The Technical Analysis Process at a glance:

    • Understand the base case using 2015 air traffic data;
    • Identify option cases (2018 and 2023);
    • Third-party, independent consultant conducts the feasibility analysis of the option cases against the base case, including projected traffic levels, fleet mix, and fleet equipage;
    • Noise Modelling for each option case against the base case to understand any potential noise benefits and impacts.

    The Technical Analysis phase is taking longer than anticipated due to the complexity of the proposed changes, but we continue to make meaningful progress on the items identified in our work plan.

    Update: May 30 and 31, 2016 Technical Briefing Feedback
    On May 30 and 31, 2016, we invited participants from the Phase 1 Stakeholder Roundtables, as well as CENAC members, to a technical briefing to provide an update on our progress. The feedback from these sessions will help us finalize options as we move forward with next steps in the Technical Analysis.

    View the May 30 and May 31, 2016, Technical Briefing presentation materials.

    View the May 30 and May 31, 2016, Technical Briefing Feedback presentation.

    View the May 30 and May 31, 2016, Technical Briefing Feedback.

    This phase is now complete.


    Phase 3: Public Consultation and Input Gathering

    This phase of the Toronto Noise Mitigation Initiatives Engagement Plan follows learning the results of the Technical Analysis. At this point, there will be clear data explaining the potential community benefits or impacts of each idea.

    The GTAA and NAV CANADA will begin a broad public consultation to understand community preferences and concerns for the ideas that have the possibility of implementation.

    This phase is ongoing.


    Presentations, Archives, and Reports

    Phase 1: Supporting Materials—Stakeholder Roundtables



    Next Steps: Technical Analysis

    The feedback obtained through the Stakeholder Roundtables informs the technical study of each idea during the next phase of the process. An outline of the study plan is provided in the Technical Analysis Workplan. A full public consultation is planned for 2016.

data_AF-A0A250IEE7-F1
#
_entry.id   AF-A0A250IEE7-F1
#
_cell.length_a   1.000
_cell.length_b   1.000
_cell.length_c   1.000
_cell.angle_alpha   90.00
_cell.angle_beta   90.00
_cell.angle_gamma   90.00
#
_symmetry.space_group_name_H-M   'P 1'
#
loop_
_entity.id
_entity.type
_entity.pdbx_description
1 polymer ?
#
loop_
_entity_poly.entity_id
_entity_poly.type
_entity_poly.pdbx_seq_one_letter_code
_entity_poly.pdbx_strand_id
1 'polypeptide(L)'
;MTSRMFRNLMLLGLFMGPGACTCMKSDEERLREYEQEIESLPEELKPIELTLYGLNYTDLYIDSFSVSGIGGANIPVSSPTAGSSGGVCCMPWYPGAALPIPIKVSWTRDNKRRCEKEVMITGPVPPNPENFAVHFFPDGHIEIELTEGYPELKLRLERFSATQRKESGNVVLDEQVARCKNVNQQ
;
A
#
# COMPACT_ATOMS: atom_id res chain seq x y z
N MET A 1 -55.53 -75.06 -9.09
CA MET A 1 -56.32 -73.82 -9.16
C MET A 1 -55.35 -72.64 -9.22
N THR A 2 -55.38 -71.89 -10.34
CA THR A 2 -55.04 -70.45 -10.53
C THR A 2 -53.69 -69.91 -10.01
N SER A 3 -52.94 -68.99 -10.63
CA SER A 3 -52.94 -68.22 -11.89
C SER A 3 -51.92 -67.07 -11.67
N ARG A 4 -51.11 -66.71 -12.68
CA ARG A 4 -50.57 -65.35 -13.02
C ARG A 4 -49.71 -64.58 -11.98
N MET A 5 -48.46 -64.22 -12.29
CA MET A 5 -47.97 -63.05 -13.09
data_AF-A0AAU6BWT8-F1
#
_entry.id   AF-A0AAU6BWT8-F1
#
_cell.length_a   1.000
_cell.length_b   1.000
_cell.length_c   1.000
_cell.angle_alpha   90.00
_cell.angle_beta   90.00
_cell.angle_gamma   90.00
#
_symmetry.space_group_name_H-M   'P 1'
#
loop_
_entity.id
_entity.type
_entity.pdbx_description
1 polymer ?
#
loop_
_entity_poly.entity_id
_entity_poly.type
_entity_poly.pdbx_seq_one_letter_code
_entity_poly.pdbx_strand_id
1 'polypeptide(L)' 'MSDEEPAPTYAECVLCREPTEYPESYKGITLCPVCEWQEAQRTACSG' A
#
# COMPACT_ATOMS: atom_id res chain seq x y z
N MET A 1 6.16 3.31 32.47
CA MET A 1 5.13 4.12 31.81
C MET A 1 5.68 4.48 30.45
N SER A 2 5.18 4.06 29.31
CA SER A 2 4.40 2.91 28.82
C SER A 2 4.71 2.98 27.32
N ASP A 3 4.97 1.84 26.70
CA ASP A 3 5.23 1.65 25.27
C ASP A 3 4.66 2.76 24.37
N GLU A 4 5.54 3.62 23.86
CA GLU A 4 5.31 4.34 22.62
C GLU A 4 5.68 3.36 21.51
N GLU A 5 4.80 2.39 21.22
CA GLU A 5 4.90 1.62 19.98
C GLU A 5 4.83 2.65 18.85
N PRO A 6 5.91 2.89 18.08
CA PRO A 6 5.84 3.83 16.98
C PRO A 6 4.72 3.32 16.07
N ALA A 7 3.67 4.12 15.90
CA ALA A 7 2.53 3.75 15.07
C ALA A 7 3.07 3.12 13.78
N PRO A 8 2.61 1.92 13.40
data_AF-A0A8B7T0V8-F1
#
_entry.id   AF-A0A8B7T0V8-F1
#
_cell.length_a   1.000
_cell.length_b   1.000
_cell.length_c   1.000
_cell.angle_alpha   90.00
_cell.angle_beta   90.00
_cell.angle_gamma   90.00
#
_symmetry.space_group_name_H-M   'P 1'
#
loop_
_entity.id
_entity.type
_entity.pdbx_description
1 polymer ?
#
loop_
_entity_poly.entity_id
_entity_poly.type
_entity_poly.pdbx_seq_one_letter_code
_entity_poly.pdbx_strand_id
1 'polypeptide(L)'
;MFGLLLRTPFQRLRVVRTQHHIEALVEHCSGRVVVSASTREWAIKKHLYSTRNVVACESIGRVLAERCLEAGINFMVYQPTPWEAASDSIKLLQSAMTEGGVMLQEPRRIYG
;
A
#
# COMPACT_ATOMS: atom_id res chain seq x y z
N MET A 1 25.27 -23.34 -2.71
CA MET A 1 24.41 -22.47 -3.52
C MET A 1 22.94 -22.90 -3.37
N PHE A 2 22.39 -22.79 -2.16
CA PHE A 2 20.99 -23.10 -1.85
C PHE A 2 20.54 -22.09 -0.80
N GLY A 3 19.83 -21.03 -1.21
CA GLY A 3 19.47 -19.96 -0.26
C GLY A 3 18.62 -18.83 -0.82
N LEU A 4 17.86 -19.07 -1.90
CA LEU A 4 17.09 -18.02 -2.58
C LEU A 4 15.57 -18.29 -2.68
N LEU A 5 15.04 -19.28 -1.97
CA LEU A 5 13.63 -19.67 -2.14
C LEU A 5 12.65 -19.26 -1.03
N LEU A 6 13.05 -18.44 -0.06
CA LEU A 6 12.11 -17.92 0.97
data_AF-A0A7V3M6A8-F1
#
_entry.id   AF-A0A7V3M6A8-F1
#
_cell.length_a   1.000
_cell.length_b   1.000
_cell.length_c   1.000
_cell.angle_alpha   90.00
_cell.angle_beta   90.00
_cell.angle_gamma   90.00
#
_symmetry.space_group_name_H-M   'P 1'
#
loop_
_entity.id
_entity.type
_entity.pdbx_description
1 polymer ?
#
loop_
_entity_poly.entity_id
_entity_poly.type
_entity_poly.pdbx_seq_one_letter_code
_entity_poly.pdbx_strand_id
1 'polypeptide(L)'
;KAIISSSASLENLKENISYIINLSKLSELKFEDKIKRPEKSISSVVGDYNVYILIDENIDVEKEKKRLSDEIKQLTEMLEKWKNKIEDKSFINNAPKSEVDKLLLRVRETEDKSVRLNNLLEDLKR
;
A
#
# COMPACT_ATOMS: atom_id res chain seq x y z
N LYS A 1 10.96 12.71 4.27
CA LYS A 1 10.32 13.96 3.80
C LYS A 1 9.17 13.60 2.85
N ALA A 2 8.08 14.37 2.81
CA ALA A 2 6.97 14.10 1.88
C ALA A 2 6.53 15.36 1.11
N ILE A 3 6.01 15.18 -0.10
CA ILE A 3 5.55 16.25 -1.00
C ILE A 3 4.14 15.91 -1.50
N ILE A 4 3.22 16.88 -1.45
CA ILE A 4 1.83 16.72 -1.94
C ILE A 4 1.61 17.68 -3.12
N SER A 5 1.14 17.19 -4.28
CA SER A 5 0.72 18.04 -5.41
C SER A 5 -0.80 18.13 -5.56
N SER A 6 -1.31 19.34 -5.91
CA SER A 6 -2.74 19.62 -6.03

Frequently Asked Questions

  • Hide/Show all answers below

    • I’m hearing about looking at ideas to improve noise impacts. Can I have more information?

      We recognize that airports have impacts—such as noise on local communities. While airplane noise can’t be eliminated entirely, Toronto Pearson wants to be a good neighbour to the surrounding communities. One way to do this is to lessen the impact of our operations on our neighbours by reducing aircraft noise where possible. Together, NAV CANADA and the GTAA are studying six ideas we think will benefit the surrounding communities as part of the Toronto Noise Mitigation Initiatives Engagement Plan – six ideas with the potential for some noise relief are currently under review. The technical analysis will be completed in 2016. After that, we will conduct public consultation to discuss the results.

    • What is the purpose of the Noise Mitigation Initiatives Engagement Plan?

      The purpose of the Toronto Noise Mitigation Initiatives is to explore some ideas with potential for noise relief for the communities impacted by airport operations.

      The Noise Mitigation Initiatives Engagement Plan outlines how the GTAA and NAV CANADA have and will continue to consult with impacted stakeholders (residents, community groups, elected officials, industry stakeholders).

      The three phases of the engagement are:

      • Phase 1 – Stakeholder Roundtables (Summer 2015)
        This phase is now completed and a summary of reports and feedback are available above.
      • Phase 2 – Technical Study (Fall/Winter 2015-16)
        This phase is ongoing.
      • Phase 3 – Public Consultation (2016)
        This is the next phase; timing to be confirmed.


    • What happened to all the other ideas that were submitted by the community?

      Some of the ideas that were submitted to NAV CANADA and the GTAA are reflected as part of the six ideas.

      We have posted a document in the Presentations, Archives, and Reports section above, which includes a list of ideas that have been submitted. For each idea, details are included as well as an indication as to whether it was included or not, and if not, why.

    • Why submit noise complaints if the flight paths are not going to change as a result of my complaints?

      We take the concerns of all community members affected by our operations seriously. We take a balanced approached when assessing any noise mitigation initiatives.

      The complaints help us understand what impacts our airport operations are having on the community and help us:

      • gauge level of concern over a specific procedure or operation;
      • determine where to focus our community outreach;
      • check that procedures are being followed and there is no deviation from noise abatement procedures;
      • identify trends or irregularities that may need to be investigated or assessed;
      • assess trials;
      • communicate with the community about our operations, provide accurate information (address myths/rumours or inaccurate information);
      • inform elected officials about community concerns; and
      • assess future impacts of our growth.